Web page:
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College campuses today are catering to a growing number of nontraditional adult students. According to The National Center for Education Statistics, a nontraditional undergraduate is defined as someone who:
The term "dropout" is marked by negative undertones drawn from stigmas that characterize this group. What we don't hear are the stories that prove these non-completers want to make a change but are often faced with limited options to get a high school diploma. "With the advent of ATB students not being allowed to attend career colleges and schools, it puts them in a void and really difficult position. Realizing that we thought we could put a high school program into our school and help these students," says Patricia Fischer, CEO Dorsey. Today's non-traditional learners require more than the slim options currently provided by the traditional educational landscape. Through our post-secondary partnerships, Penn Foster is helping students obtain their high school diploma by offering programs tailored for nontraditional learners-because everyone deserves a second chance.
Penn Foster wishes you, your team and your family a very happy holiday season and we hope you have the opportunity to enjoy time with your loved ones.
By definition, Nikkiya Gentry was a "typical" high school dropout. She didn't have a diploma and had no high school credits. But if you delve deeper into Nikkiya's inspirational story, you discover she was far from any of the stereotypes some people hold about high school dropouts.
Administered by the U.S. Department of Labor, Job Corps is a federally funded job training and educational program, and serves as an alternative for youth who are unable to learn in a traditional academic environment.  Job Corps runs 125 centers serving roughly 60,000 young people across the country each year who are between the ages of 16 and 24 and meet certain criteria. Job Corps functions as a full-service school which educates and trains individuals to embark on educational and professional pursuits, such as:
The Dorsey Schools and Penn Foster have been working together on a High School Completion program since the Fall of 2013 and have brought the program to six campus locations in the Detroit and Michigan area.  The program provides interested students with the chance to earn a high school diploma and has helped Dorsey campuses boost enrollments, increase awareness in the community and helped people change their lives through education. Together they have graduated 200 students with a fully accredited diploma who now have the opportunity to continue their education or go out into the marketplace with superior credentials.  Since launching the program just over a year ago, Dorsey is about to graduate its first Penn Foster high school student from their Culinary Arts program this month. Dorsey and Penn Foster both have a long history in their communities and are committed to helping people through education.  The two schools have been educating Americans for over 200 years and are looking into new ways online and blended solutions can help them reach and support more people in our communities.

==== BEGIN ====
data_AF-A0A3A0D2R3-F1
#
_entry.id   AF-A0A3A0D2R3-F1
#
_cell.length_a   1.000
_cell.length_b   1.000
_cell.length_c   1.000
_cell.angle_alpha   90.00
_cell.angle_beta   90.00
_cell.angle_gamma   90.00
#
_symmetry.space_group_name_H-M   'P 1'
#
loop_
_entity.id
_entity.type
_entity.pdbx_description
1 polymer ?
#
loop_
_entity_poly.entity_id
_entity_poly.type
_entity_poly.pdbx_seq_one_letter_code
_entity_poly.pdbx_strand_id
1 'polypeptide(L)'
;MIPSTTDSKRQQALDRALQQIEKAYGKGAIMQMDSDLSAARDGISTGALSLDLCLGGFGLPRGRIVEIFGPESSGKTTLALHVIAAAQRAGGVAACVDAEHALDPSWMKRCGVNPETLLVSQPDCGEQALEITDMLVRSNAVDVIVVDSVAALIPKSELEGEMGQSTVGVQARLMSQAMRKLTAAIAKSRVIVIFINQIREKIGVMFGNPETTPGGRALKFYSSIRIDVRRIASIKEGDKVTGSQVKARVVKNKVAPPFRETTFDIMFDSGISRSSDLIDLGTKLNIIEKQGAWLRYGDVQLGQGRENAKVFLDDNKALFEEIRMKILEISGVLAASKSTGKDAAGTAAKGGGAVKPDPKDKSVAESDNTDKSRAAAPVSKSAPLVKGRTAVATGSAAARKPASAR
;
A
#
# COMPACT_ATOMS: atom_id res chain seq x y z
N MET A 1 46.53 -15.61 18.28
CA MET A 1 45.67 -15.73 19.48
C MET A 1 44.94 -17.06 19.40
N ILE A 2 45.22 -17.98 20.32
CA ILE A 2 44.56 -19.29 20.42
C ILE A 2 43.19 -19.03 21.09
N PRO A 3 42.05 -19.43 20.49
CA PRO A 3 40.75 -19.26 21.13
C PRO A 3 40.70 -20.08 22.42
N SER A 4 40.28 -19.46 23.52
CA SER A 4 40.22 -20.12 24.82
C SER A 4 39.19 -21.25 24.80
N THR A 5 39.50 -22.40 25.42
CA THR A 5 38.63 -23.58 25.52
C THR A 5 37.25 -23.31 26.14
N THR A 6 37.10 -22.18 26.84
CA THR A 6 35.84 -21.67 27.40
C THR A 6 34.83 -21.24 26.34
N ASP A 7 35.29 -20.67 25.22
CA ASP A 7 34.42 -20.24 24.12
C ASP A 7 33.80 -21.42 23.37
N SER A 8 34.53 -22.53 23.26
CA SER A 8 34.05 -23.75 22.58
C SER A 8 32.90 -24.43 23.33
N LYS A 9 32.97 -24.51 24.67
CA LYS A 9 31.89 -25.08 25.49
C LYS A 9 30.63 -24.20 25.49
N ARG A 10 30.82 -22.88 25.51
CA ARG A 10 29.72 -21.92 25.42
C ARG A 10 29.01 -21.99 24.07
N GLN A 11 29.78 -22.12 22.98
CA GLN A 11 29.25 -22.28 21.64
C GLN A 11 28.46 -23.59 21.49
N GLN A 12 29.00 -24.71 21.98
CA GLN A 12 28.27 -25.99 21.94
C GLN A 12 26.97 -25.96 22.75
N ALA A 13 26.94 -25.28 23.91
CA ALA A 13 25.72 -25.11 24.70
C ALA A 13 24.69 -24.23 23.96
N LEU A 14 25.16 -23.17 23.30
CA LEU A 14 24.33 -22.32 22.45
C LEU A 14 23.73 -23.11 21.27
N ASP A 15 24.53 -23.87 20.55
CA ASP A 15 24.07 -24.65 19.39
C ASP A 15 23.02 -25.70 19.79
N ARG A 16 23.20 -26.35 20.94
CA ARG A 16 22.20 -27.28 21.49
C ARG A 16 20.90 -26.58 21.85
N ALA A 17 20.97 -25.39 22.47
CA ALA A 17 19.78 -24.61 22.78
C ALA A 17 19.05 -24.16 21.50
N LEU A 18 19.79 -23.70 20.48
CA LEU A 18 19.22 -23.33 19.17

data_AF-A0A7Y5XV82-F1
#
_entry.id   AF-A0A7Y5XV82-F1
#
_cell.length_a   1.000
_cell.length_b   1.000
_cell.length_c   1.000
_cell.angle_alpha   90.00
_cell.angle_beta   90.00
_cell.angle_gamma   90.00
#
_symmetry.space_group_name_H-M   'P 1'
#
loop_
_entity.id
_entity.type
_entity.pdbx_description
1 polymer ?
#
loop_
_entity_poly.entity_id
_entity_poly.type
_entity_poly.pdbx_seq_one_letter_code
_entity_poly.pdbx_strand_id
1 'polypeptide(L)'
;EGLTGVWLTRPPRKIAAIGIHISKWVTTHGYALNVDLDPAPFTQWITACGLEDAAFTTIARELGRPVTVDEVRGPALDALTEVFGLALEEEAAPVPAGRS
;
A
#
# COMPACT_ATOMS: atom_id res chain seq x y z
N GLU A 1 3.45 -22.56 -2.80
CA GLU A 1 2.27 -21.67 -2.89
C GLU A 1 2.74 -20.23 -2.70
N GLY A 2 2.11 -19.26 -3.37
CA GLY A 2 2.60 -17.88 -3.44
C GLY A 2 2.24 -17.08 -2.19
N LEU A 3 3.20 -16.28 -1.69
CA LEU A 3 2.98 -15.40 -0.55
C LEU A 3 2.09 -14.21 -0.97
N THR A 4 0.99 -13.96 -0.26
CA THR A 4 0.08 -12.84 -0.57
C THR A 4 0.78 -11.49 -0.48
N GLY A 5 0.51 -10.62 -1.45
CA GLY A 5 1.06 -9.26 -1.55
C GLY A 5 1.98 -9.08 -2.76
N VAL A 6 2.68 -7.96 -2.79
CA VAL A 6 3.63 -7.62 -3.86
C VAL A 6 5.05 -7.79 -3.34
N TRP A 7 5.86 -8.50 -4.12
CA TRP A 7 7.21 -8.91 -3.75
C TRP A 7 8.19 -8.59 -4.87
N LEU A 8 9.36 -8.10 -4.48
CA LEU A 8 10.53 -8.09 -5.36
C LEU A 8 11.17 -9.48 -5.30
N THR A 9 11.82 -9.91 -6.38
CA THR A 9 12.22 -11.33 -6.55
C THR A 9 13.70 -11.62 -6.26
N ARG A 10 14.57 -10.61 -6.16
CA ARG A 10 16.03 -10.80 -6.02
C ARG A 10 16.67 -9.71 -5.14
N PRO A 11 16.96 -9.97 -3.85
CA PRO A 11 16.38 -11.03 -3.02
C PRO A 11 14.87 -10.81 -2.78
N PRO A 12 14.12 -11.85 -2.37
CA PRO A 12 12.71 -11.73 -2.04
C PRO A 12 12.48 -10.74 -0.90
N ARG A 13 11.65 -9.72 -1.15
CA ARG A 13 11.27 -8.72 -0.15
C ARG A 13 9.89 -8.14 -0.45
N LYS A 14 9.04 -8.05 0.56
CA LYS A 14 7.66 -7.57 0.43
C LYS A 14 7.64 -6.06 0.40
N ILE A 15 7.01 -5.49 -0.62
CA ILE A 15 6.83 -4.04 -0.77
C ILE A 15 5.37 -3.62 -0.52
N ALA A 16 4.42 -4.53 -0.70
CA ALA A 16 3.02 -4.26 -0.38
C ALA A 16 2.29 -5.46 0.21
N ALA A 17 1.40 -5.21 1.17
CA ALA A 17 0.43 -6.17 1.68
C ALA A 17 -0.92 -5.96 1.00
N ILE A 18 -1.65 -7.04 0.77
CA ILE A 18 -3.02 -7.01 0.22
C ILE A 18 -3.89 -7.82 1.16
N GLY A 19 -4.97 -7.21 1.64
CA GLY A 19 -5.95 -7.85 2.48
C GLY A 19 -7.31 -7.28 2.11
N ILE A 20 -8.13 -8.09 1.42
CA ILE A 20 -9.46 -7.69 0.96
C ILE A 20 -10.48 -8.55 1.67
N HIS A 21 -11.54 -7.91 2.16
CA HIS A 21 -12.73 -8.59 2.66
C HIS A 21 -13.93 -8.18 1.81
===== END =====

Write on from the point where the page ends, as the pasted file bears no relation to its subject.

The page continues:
Penn Foster recently welcomed Beckfield College into our family of career college partners, offering our high school completion program to local students in the Florence, KY and Tri-County Cincinnati areas.
Last week, The Native Society sat down with Penn Foster CEO Frank Britt to talk about his career journey to CEO of an education company, industry trends effecting Penn Foster and its partner institutions, and what's next for this 124-year old company. Here is an excerpt from the interview:
It's no secret that enrollments have been declining at Career Colleges nationwide. With 6 million Americans age 25 to 39 years old lacking a high school or equivalency diploma1, and increasingly limited options to earn their diploma due to changes to the GED and the elimination of Ability to Benefit, many Career Colleges are turning away a growing number potential enrollments that are unable to meet POG requirements. Often times, these non-completers seek out local career colleges as they strive towards improving their marketable skills for in-demand careers " representing a large, but ultimately unqualified, market of interested students.
Like so many other schools and businesses, life within Penn Foster operates at breakneck speed. "Breakneck" is increasingly the default gear for life in 21st Century America.  With 24/7 access to the Information Superhighway securely tethered to everyone's hip pocket, the expectations and deadlines packaged as digital 1's and O's never stop arriving in your inbox.

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